OBJECTIVE: To investigate the feasibility and clinical characteristics of small partial laryngectomy without tracheotomy for T1-2 stage glottic carcinoma. METHOD: Forty-five patients with laryngeal squamaous cell carcinoma in T1-2 stage received small partial laryngectomy without tracheotomy. RESULT: All patients were primarily healed and were hospitalized for an average of 11.5 days post-operatively. In all patients, the function of respiration and the reflection of cough were normal, and laryngeal obstruction did not happen...
August 2014: Journal of Clinical Otorhinolaryngology, Head, and Neck Surgery
https://www.readbyqxmd.com/read/25275368/anesthesia-and-increased-hypercarbic-drive-impair-the-coordination-between-breathing-and-swallowing
#15
RANDOMIZED CONTROLLED TRIAL
Olivia M D'Angelo, Daniel Diaz-Gil, Danuza Nunn, Jeroen C P Simons, Chloe Gianatasio, Noomi Mueller, Matthew J Meyer, Eric Pierce, Carl Rosow, Matthias Eikermann
BACKGROUND: Coordination between breathing and swallowing helps prevent aspiration of foreign material into the respiratory tract. The authors examined the effects of anesthesia and hypercapnia on swallowing-breathing coordination. METHODS: In a randomized controlled crossover study, general anesthesia with propofol or sevoflurane was titrated using an up-down method to identify the threshold for suppression of the motor response to electrical stimulation of the forearm...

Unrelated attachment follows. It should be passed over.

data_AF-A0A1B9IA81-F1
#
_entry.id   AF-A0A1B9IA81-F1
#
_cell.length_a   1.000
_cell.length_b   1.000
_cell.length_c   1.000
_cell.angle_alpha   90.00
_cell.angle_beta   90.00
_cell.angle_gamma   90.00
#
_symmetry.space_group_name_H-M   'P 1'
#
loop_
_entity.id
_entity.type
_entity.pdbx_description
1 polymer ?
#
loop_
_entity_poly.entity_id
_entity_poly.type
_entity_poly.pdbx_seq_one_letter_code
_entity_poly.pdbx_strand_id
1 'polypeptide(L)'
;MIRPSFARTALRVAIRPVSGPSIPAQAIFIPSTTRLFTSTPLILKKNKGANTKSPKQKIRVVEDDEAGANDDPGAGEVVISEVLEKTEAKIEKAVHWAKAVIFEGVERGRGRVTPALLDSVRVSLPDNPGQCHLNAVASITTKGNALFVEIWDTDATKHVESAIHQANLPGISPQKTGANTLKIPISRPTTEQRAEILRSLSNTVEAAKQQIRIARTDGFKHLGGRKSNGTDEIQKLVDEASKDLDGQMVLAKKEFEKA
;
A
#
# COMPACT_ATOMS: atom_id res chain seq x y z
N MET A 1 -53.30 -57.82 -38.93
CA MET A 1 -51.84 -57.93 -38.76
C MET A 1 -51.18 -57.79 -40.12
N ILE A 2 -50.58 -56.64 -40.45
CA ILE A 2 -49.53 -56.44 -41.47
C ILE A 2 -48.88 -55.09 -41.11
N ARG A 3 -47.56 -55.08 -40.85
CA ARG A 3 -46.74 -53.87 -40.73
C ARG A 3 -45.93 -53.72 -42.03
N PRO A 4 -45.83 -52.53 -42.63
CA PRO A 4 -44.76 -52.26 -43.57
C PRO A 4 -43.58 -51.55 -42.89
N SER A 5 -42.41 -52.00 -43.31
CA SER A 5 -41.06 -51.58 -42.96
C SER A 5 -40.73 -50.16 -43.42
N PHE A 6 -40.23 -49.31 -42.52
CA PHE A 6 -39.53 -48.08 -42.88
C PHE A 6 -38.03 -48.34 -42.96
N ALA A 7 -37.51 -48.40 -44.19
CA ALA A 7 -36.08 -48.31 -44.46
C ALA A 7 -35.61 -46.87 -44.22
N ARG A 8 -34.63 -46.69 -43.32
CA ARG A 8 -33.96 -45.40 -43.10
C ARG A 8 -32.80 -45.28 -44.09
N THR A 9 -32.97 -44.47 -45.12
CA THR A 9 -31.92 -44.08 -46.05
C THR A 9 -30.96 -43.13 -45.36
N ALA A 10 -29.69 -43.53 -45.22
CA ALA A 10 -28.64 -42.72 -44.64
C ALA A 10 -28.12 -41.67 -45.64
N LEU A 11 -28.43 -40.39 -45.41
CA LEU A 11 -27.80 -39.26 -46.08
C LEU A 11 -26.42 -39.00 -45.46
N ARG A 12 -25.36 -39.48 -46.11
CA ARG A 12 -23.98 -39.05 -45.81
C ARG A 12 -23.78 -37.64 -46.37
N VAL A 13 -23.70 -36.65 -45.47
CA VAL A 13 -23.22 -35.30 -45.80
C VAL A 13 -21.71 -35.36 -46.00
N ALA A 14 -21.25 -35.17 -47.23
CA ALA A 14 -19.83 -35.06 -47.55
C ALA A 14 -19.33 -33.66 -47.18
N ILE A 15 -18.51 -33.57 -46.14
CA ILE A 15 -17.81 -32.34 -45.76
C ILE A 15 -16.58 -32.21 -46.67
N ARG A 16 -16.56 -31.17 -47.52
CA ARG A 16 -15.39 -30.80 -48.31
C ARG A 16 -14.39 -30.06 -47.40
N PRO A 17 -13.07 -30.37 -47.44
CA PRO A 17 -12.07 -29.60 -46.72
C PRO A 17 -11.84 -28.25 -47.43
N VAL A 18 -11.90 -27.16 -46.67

December 2014: Anesthesiology
https://www.readbyqxmd.com/read/25212145/mechanisms-explaining-the-role-of-viscosity-and-post-deglutitive-pharyngeal-residue-on-in-vivo-aroma-release-a-combined-experimental-and-modeling-study
#16
M Doyennette, C de Loubens, I Déléris, I Souchon, I C Trelea
The objective of this study was to analyse the viscosity effect of liquid Newtonian products on aroma release, taking human physiological characteristics into account. In vivo release of diacetyl from glucose syrup solutions varying widely in viscosity (from 0.7 to 405mPas) was assessed by five panelists using Proton Transfer Reaction Mass Spectrometry (PTR-MS). The physicochemical properties of the solutions and the physiological parameters of subjects were experimentally measured. In parallel, a mechanistic model describing aroma release while eating a liquid food was developed...
September 15, 2011: Food Chemistry
https://www.readbyqxmd.com/read/25193586/cephalometric-evaluation-of-tongue-position-and-airway-remodelling-in-children-treated-with-swallowing-occlusal-contact-intercept-appliance-s-o-c-i-a
#17
Domenico Ciavarella, Lucio Lo Russo, Mario Mastrovincenzo, Saverio Padalino, Graziano Montaruli, Giovanni Giannatempo, Michele Cassano, Luigi Laino, Lorenzo Lo Muzio